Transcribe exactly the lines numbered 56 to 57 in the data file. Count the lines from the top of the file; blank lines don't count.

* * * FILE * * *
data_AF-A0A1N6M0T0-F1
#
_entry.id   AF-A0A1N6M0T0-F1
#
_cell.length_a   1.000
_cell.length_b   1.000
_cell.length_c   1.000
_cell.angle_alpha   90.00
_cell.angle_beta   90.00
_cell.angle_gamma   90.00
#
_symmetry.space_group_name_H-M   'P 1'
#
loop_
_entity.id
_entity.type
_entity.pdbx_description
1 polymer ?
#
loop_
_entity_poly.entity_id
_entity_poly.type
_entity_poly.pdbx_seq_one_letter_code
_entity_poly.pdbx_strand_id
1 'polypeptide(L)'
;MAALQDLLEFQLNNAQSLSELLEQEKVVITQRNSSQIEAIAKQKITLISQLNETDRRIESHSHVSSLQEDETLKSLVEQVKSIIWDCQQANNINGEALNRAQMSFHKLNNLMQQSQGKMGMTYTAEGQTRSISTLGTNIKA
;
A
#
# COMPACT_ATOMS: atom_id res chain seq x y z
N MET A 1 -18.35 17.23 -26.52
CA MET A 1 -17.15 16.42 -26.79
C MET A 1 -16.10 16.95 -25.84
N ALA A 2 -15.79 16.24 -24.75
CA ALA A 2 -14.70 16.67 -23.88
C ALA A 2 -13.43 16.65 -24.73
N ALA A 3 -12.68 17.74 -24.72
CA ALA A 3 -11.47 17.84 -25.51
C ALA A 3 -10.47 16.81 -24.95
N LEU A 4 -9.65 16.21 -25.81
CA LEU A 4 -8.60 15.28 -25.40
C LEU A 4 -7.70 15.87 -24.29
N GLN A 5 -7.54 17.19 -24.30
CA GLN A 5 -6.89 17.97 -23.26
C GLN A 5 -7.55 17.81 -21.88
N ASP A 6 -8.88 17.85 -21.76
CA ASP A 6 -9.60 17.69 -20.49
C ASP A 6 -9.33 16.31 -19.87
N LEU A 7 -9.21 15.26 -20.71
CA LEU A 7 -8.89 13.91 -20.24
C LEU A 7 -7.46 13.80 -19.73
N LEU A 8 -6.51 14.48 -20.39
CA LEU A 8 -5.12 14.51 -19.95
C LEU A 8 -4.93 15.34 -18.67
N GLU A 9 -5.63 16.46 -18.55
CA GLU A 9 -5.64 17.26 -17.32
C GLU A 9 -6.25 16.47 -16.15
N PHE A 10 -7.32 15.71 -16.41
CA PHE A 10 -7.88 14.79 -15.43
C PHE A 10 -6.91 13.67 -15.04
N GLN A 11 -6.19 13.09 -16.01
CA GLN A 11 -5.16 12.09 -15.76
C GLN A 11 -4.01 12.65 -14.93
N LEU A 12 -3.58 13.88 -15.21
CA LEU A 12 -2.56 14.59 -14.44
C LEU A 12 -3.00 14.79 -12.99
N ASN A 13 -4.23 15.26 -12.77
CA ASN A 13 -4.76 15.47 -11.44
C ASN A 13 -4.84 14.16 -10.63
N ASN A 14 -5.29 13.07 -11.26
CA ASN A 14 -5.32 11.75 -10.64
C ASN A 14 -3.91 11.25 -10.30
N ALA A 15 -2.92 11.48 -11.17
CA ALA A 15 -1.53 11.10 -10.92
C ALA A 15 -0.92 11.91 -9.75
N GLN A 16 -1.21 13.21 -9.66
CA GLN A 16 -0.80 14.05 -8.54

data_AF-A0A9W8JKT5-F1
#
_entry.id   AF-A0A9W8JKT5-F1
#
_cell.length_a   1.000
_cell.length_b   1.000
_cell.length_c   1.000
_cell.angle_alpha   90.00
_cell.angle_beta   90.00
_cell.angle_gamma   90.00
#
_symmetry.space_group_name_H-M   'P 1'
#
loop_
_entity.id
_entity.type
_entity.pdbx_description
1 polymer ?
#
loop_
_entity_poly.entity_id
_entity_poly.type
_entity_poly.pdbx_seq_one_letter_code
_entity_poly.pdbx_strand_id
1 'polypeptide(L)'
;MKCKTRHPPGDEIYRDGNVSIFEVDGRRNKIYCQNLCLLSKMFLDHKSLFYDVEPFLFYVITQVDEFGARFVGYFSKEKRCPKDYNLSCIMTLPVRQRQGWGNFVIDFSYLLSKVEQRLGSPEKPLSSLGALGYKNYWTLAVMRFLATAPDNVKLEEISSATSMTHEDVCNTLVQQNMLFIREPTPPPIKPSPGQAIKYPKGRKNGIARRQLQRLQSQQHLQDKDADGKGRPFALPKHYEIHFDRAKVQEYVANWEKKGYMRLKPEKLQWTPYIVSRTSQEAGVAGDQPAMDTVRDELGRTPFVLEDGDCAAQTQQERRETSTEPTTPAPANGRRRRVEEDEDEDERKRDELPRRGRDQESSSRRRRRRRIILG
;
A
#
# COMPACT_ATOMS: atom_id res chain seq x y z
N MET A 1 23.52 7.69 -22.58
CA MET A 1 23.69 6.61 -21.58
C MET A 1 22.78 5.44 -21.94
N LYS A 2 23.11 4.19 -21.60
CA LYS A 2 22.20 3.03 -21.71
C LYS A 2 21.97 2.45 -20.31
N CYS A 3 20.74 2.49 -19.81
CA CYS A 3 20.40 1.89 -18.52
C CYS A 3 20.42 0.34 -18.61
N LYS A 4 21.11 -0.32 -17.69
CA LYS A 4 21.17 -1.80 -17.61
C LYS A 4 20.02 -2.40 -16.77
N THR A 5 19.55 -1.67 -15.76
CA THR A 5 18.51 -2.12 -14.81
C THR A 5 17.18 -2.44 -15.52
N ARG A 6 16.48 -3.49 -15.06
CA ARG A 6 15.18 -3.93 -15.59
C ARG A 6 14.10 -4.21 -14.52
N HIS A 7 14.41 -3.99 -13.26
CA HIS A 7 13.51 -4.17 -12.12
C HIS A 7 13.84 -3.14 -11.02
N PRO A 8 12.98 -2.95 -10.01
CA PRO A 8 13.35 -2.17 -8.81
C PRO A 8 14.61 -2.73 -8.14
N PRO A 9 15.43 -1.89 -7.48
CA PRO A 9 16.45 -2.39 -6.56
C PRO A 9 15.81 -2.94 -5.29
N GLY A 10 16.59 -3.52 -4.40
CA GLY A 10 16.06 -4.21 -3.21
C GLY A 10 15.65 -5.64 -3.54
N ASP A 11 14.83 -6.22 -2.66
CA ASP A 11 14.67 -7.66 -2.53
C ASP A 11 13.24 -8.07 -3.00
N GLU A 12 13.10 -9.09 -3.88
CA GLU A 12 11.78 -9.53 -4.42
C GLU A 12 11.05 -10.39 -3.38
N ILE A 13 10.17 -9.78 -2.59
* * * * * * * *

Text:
CA GLU A 9 -5.64 17.26 -17.32
C GLU A 9 -6.25 16.47 -16.15